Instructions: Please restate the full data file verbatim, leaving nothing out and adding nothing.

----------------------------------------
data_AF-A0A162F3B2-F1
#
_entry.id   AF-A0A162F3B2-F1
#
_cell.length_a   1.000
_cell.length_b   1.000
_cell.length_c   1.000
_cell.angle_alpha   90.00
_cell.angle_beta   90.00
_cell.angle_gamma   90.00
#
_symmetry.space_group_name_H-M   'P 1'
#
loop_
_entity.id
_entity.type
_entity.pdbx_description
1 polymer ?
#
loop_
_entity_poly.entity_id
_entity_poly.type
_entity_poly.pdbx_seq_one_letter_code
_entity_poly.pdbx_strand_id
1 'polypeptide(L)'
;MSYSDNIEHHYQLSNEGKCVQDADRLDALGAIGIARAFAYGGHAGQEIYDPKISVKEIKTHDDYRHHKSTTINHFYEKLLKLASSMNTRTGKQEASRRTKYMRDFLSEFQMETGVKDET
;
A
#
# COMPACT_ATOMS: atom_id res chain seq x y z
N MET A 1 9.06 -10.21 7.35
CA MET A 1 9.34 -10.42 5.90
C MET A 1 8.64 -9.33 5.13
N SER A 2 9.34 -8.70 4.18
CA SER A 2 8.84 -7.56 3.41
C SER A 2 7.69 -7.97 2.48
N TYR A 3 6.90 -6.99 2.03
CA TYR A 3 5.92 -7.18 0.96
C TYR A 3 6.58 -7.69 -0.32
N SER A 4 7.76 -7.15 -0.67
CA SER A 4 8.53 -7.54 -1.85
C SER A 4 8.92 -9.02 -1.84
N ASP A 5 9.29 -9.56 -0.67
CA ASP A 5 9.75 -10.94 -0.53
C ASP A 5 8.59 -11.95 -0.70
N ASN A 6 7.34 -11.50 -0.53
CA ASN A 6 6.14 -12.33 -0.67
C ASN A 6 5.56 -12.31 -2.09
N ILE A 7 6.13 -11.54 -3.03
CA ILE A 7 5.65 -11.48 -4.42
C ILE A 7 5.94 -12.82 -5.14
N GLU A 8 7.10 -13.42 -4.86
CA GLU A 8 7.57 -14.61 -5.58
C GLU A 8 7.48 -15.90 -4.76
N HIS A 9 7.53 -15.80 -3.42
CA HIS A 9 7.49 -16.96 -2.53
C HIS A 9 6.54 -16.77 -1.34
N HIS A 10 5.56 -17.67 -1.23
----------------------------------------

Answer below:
data_AF-A0A162F3B2-F1
#
_entry.id   AF-A0A162F3B2-F1
#
_cell.length_a   1.000
_cell.length_b   1.000
_cell.length_c   1.000
_cell.angle_alpha   90.00
_cell.angle_beta   90.00
_cell.angle_gamma   90.00
#
_symmetry.space_group_name_H-M   'P 1'
#
loop_
_entity.id
_entity.type
_entity.pdbx_description
1 polymer ?
#
loop_
_entity_poly.entity_id
_entity_poly.type
_entity_poly.pdbx_seq_one_letter_code
_entity_poly.pdbx_strand_id
1 'polypeptide(L)'
;MSYSDNIEHHYQLSNEGKCVQDADRLDALGAIGIARAFAYGGHAGQEIYDPKISVKEIKTHDDYRHHKSTTINHFYEKLLKLASSMNTRTGKQEASRRTKYMRDFLSEFQMETGVKDET
;
A
#
# COMPACT_ATOMS: atom_id res chain seq x y z
N MET A 1 9.06 -10.21 7.35
CA MET A 1 9.34 -10.42 5.90
C MET A 1 8.64 -9.33 5.13
N SER A 2 9.34 -8.70 4.18
CA SER A 2 8.84 -7.56 3.41
C SER A 2 7.69 -7.97 2.48
N TYR A 3 6.90 -6.99 2.03
CA TYR A 3 5.92 -7.18 0.96
C TYR A 3 6.58 -7.69 -0.32
N SER A 4 7.76 -7.15 -0.67
CA SER A 4 8.53 -7.54 -1.85
C SER A 4 8.92 -9.02 -1.84
N ASP A 5 9.29 -9.56 -0.67
CA ASP A 5 9.75 -10.94 -0.53
C ASP A 5 8.59 -11.95 -0.70
N ASN A 6 7.34 -11.50 -0.53
CA ASN A 6 6.14 -12.33 -0.67
C ASN A 6 5.56 -12.31 -2.09
N ILE A 7 6.13 -11.54 -3.03
CA ILE A 7 5.65 -11.48 -4.42
C ILE A 7 5.94 -12.82 -5.14
N GLU A 8 7.10 -13.42 -4.86
CA GLU A 8 7.57 -14.61 -5.58
C GLU A 8 7.48 -15.90 -4.76
N HIS A 9 7.53 -15.80 -3.42
CA HIS A 9 7.49 -16.96 -2.53
C HIS A 9 6.54 -16.77 -1.34
N HIS A 10 5.56 -17.67 -1.23